Improving Water Productivity in Agricultural Systems, April 24 – May 12, 2016
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Masafumi Tamura. (15/1/2017). Improving Water Productivity in Agricultural Systems, April 24 – May 12, 2016.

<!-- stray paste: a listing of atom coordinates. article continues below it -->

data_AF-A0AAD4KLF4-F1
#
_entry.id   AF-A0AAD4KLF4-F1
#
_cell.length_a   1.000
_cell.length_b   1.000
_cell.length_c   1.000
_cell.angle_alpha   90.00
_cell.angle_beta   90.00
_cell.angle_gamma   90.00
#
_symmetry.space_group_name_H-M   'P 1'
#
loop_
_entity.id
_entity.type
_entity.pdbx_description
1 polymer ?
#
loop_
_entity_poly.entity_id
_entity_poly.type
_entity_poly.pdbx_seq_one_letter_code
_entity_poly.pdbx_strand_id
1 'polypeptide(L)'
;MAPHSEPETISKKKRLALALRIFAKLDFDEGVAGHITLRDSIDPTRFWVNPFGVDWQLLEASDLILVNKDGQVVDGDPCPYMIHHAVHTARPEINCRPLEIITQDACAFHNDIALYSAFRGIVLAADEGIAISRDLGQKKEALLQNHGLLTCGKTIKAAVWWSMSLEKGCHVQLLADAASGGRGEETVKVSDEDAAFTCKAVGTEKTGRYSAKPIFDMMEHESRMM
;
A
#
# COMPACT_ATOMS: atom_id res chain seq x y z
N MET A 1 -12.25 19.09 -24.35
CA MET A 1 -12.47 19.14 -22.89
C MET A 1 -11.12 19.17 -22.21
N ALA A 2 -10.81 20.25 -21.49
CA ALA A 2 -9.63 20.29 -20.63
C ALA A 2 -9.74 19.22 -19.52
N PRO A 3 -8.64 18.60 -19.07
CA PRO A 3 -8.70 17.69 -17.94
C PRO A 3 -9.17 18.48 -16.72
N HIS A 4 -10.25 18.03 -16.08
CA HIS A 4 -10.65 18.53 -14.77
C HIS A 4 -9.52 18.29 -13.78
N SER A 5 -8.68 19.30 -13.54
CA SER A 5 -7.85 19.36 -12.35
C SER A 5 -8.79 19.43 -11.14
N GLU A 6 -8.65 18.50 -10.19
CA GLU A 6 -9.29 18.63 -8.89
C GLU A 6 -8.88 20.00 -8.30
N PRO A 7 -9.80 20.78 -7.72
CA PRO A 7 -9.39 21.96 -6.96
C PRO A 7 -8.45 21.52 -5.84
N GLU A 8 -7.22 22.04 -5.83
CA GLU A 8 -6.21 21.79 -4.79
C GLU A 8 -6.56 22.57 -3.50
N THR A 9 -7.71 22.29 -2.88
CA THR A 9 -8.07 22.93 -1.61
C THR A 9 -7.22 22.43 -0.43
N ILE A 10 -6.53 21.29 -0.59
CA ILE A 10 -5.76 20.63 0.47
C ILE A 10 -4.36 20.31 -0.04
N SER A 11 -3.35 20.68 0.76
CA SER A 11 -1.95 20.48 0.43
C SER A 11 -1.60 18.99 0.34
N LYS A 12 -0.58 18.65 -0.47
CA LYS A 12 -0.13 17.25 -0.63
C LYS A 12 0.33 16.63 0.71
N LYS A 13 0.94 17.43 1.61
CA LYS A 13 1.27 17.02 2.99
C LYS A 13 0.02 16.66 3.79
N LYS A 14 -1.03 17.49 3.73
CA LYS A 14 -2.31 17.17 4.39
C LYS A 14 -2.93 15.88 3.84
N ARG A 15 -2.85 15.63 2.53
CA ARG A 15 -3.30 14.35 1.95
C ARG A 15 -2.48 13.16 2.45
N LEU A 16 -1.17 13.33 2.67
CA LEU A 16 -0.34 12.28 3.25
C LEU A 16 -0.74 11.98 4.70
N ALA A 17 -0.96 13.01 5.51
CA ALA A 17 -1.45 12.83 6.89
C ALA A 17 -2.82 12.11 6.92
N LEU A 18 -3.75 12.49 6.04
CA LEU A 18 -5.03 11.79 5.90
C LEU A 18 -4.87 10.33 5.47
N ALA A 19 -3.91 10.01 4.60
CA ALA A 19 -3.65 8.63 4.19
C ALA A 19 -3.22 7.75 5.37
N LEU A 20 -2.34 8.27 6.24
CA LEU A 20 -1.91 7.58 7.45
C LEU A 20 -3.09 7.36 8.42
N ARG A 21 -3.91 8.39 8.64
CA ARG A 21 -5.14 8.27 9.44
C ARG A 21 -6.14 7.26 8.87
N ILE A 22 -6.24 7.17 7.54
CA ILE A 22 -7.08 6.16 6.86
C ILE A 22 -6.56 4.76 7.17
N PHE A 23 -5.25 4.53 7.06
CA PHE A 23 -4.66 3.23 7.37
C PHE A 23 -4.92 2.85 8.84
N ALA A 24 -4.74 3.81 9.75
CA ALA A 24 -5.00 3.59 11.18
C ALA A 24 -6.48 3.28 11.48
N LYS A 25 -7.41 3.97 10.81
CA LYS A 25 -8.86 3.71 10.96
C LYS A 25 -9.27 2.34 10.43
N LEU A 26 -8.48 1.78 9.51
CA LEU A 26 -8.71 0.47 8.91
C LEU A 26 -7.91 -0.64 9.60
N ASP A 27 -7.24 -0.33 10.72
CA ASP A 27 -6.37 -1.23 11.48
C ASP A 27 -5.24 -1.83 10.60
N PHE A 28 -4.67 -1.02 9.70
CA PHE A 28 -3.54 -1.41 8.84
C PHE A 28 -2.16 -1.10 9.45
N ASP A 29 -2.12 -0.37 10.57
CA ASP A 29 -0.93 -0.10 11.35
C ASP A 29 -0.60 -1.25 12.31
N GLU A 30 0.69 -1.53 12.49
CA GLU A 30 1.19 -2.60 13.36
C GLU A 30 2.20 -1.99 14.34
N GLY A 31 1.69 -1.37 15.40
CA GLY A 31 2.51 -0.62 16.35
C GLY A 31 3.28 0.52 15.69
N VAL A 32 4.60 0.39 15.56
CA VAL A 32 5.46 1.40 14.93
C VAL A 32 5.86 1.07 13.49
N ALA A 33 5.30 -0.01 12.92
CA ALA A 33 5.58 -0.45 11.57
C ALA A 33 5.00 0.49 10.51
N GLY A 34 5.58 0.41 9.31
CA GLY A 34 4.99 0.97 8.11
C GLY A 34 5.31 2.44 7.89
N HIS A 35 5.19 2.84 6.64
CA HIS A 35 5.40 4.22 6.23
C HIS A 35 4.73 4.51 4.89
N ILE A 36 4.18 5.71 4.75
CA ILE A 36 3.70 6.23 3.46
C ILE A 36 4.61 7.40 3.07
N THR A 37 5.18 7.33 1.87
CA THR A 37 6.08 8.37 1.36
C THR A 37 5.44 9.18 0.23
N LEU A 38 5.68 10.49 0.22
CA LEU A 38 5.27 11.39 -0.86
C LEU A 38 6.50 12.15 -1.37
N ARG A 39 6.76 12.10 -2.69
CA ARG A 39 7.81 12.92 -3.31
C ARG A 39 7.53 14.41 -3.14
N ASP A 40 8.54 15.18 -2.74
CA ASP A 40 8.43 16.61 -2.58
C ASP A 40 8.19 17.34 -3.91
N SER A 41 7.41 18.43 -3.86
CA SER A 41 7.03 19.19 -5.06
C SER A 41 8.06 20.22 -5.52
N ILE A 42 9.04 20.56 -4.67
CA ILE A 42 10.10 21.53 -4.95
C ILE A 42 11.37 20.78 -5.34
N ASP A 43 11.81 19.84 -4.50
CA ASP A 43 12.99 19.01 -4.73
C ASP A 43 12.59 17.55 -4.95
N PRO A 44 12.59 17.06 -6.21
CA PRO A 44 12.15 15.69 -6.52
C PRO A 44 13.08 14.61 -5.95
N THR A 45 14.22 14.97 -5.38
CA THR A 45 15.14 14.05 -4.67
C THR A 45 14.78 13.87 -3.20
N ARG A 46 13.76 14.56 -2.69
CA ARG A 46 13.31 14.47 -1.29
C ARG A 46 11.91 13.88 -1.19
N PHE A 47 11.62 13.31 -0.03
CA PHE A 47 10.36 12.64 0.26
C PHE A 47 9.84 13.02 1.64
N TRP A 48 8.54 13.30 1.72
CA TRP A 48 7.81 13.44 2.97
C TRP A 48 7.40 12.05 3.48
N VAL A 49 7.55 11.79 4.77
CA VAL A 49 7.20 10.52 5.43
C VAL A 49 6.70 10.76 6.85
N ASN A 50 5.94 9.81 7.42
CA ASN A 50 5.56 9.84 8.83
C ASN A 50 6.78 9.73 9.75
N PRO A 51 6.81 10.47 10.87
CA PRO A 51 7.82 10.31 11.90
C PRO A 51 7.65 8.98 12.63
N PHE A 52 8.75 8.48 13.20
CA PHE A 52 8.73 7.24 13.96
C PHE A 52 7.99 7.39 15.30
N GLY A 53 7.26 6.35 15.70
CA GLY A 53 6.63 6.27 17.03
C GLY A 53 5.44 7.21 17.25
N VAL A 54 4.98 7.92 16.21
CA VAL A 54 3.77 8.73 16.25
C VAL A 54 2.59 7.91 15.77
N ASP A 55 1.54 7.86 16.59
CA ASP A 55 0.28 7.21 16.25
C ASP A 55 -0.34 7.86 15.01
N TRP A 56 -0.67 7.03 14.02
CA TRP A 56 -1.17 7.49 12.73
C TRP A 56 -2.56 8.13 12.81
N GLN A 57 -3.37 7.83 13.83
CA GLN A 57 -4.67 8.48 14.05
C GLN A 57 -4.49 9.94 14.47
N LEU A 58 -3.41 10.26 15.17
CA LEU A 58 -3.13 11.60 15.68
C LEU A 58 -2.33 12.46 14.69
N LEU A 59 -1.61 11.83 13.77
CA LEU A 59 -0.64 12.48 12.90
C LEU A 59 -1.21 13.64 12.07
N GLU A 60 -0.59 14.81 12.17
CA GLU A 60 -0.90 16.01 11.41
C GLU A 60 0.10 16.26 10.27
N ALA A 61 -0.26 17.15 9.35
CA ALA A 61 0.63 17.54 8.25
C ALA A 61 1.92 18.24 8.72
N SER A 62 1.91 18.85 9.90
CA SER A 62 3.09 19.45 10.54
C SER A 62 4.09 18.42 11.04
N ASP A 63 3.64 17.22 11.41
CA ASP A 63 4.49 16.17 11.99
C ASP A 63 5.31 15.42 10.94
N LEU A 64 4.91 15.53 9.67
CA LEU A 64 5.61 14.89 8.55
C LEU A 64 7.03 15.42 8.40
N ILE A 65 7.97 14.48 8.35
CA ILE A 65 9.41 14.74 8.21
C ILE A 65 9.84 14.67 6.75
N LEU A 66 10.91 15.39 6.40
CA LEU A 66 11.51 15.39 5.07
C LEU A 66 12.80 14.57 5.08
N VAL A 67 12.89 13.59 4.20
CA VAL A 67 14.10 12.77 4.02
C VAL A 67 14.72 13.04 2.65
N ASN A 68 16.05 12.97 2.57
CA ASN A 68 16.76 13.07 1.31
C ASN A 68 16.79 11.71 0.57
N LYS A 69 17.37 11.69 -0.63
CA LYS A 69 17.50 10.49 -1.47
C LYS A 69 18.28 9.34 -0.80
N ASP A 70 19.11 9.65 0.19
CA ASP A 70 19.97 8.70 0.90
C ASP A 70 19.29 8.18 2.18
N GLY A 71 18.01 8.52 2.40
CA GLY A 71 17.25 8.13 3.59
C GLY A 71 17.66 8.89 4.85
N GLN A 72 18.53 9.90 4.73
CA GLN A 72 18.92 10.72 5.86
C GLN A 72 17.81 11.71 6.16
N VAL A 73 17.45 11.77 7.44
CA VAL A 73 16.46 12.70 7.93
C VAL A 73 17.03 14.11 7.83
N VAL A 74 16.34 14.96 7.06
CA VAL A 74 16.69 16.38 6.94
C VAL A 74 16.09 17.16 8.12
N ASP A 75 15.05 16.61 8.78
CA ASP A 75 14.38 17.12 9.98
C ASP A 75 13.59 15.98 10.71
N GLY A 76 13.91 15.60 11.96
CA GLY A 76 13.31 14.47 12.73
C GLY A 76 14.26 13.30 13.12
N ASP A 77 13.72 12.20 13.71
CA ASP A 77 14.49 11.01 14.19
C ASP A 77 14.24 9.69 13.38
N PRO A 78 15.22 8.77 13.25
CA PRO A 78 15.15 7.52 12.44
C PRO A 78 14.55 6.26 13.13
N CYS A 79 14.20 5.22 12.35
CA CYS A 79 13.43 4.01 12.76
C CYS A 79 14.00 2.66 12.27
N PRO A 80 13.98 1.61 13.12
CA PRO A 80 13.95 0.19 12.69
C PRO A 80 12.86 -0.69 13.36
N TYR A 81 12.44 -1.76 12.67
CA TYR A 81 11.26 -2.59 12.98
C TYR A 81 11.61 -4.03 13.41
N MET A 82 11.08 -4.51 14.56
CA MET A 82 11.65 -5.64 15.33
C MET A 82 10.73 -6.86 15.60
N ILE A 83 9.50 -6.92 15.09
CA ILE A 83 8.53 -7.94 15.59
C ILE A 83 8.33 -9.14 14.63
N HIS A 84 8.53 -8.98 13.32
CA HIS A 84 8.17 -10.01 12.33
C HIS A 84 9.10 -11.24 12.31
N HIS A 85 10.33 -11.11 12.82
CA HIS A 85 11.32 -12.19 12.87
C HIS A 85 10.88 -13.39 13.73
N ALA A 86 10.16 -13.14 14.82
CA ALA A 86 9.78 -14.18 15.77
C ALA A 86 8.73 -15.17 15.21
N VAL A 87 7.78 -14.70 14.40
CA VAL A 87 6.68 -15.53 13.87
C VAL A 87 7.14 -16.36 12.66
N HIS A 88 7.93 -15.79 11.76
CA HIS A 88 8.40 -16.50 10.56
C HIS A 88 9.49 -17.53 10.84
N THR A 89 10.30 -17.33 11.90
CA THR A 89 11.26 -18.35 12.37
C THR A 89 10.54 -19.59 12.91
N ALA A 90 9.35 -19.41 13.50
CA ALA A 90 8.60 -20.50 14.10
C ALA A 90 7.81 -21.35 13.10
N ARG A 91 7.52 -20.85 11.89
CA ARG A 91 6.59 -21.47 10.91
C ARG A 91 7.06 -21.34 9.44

Water is the major limiting factor for agricultural production in the dry areas of Central and West Asia and North Africa (CWANA). Agriculture accounts for around 80% of water consumption in the region, however, the rapidly growing population, industrialization, and urbanization will lead to reallocation of water increasingly away from agriculture to other sectors. On the other hand, high population growth rates require a continuous increase in agricultural production. There are few opportunities for capturing new water resources, and there is a tendency towards non-sustainable, over-exploitation of existing sources. Therefore, sustainability of agricultural production depends on conservation and appropriate allocation and management of the scarce water resources in the region. Improving the efficiency of water use through proper crop selection, cropping pattern, cultural practices, and improved management techniques is essential to boost on-farm productivity either under rainfed or irrigated conditions. Another important approach towards improving water use efficiency is to link on-farm issues at the watershed level, applying integrated natural resource management methods. ICARDA's mission is to improve the welfare of people through agricultural research and training to increase the production, productivity, and quality of food, while preserving or improving the resource base. ICARDA's training courses are designed to improve the capabilities of scientists and technicians in national agricultural research systems (NARS) in developing countries to conduct research independently, and to foster transfer of technology and address issues related to farmers' decisions in adopting or rejecting new technologies. To this end, ICARDA has organized this course.